Anne Lister diary transcriptions Anne Lister's diary 1828 Anne Lister's diary July 1828

Tuesday 1 July 1828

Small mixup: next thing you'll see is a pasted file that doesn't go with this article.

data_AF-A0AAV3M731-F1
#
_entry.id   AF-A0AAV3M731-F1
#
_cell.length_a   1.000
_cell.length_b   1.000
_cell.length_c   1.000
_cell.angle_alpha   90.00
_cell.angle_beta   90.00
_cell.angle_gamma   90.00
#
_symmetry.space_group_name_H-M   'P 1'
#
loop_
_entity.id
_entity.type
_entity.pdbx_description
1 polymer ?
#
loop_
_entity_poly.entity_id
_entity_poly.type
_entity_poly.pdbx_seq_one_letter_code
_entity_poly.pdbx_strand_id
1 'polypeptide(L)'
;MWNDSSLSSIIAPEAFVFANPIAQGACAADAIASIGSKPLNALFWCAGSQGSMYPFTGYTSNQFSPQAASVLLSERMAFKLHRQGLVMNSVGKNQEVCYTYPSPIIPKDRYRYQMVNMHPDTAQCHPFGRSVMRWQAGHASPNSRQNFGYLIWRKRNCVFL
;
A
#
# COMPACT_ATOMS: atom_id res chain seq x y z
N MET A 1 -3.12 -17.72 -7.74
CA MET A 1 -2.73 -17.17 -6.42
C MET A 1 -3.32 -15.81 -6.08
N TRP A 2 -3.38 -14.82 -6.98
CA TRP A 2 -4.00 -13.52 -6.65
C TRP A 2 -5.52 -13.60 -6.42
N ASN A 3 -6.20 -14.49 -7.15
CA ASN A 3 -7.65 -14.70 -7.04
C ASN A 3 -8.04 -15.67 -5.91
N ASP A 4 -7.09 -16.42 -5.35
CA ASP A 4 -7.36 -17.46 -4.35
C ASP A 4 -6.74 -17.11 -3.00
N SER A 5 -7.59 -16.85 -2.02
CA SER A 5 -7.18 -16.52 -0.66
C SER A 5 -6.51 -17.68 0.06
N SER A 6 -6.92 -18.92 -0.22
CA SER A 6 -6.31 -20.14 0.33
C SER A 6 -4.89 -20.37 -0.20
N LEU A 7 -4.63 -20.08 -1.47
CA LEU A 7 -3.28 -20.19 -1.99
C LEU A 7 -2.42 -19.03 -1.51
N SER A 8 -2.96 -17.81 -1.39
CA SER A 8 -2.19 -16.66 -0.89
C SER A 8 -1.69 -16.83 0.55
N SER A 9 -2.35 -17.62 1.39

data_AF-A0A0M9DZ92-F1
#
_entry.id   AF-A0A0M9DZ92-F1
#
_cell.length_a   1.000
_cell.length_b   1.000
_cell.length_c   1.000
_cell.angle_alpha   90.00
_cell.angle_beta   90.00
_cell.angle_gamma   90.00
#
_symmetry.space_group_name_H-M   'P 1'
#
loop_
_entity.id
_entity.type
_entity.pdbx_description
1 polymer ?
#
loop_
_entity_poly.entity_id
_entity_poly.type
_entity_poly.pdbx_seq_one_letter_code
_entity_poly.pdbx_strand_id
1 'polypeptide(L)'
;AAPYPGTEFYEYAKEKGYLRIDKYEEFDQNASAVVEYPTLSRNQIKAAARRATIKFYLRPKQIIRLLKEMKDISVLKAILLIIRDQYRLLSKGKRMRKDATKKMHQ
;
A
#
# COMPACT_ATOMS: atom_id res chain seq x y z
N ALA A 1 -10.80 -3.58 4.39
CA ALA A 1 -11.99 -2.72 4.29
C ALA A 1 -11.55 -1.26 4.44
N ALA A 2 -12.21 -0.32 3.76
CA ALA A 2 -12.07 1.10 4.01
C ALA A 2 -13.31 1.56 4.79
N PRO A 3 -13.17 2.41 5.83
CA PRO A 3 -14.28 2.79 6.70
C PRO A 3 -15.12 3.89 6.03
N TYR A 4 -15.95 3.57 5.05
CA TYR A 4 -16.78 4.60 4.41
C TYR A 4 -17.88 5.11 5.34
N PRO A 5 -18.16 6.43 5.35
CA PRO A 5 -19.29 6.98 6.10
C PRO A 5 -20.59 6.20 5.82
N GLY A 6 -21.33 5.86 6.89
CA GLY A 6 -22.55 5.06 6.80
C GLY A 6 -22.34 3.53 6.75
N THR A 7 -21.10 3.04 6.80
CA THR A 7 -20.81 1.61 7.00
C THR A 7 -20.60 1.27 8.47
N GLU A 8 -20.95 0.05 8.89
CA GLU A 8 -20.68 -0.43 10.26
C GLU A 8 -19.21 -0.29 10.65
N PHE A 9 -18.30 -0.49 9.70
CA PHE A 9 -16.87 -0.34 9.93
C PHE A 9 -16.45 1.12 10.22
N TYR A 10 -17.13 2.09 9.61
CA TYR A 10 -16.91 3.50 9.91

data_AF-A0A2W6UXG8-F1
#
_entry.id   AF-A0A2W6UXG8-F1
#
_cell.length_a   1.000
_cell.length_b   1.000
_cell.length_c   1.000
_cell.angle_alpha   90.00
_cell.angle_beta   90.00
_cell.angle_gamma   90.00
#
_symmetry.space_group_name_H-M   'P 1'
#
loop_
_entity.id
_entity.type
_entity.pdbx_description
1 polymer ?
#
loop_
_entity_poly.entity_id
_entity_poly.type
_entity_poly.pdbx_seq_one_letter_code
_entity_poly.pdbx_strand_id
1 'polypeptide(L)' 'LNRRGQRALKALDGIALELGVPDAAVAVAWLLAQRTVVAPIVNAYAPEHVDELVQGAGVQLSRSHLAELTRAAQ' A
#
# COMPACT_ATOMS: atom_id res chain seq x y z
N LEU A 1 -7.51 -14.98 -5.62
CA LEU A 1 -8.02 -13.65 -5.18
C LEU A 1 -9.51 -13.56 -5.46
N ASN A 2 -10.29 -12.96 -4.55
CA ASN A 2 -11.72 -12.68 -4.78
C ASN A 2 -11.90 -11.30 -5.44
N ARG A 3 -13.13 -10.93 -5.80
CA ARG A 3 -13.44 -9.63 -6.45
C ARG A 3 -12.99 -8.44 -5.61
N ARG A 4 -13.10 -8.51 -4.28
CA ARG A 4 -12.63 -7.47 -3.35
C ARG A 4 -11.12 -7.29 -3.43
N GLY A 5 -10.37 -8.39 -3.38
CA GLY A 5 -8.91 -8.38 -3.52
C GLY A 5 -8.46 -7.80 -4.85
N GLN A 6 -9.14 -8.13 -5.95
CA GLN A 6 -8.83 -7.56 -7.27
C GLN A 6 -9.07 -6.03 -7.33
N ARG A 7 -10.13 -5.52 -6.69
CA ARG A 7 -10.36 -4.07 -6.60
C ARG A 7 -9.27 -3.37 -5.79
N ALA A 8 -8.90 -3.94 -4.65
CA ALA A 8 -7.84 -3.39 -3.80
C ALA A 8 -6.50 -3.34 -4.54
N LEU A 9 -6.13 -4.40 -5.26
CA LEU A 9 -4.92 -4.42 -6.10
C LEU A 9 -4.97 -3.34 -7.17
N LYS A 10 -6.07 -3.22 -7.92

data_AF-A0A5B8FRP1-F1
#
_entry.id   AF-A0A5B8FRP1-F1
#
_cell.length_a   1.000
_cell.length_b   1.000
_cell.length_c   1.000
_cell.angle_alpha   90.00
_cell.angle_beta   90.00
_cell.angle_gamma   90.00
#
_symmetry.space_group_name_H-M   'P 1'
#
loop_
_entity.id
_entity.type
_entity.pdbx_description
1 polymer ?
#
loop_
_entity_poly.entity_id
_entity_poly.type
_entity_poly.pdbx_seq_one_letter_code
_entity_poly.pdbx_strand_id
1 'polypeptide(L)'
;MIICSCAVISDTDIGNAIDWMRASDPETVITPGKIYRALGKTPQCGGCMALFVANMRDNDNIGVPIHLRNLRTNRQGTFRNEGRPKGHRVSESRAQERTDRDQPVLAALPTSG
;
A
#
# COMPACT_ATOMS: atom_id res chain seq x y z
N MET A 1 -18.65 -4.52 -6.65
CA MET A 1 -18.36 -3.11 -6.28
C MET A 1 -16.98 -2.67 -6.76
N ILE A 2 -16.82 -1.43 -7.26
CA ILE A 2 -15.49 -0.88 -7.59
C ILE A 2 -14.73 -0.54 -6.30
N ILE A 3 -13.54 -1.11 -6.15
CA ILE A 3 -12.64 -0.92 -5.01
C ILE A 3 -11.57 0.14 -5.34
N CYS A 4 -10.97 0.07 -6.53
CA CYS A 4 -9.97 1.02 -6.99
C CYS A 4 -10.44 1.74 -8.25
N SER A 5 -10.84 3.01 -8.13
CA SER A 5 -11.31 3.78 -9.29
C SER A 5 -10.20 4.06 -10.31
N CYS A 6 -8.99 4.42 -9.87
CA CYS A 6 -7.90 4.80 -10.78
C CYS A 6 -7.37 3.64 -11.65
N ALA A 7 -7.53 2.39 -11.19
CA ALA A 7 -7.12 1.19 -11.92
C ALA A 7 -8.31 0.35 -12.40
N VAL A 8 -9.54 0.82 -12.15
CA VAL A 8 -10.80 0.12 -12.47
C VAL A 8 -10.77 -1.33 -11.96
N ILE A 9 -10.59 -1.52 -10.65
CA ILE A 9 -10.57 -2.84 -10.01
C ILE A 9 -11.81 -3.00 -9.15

Went not all to her room last night and no kiss. Half devoured last night by bugs. Never so much bit before. My left eye made up with the swelling, my throat, hands, arms, body, ancles all bit. One bug dropped from me on getting up. Killed this & another under the pillow in getting my [pocket] handkerchief. Long while examining all my clothes to see that all was clean of the animals. Then settled my last 2 day’s accounts. Miss McL- came. Had slept on the floor. Could not remain in bed. Came to me at 2 a.m. but my door locked & would not rouse me. Breakfast at 11. Went out at 12½. To the abbey. Handsome, plain gothic parish church by Burn of Edinburgh built on the site of part of the church. The square tower rather too low & thick. The top parapet finished in large letters of stone. This “Robert the Bruce,” & each little crocket? crowned. [1] The skeleton of Bruce was found under where the pulpit now stands. Sheet lead wrapped round the body, the arms & thighs. Skeleton 6 foot 2 inches long (vid. Scottish Tourist, 125-6/415). The church contracted for by 2 men of Dunfermline & done very cheap for £14,000. 3 years building. Began 6 years ago. The rest of the ruin is to be repaired by the court of exchequer. Then saw the fine remains of the old palace finely placed above the back water burn, nodding over its finely wooded precipices & glen. Very beautiful, richly wooded situation. Never dreampt of there being so close upon the town, said to contain 14,000? inhabitants. Saw Malcom Canmore’s tower. Small remain of shapeless walling on little wooded mound. All this now in the grounds of Mr Hunt, a napery [2] manufacturer here who a niece of Dr McKenzie [g….’s?]. Very rich. Heavy shower.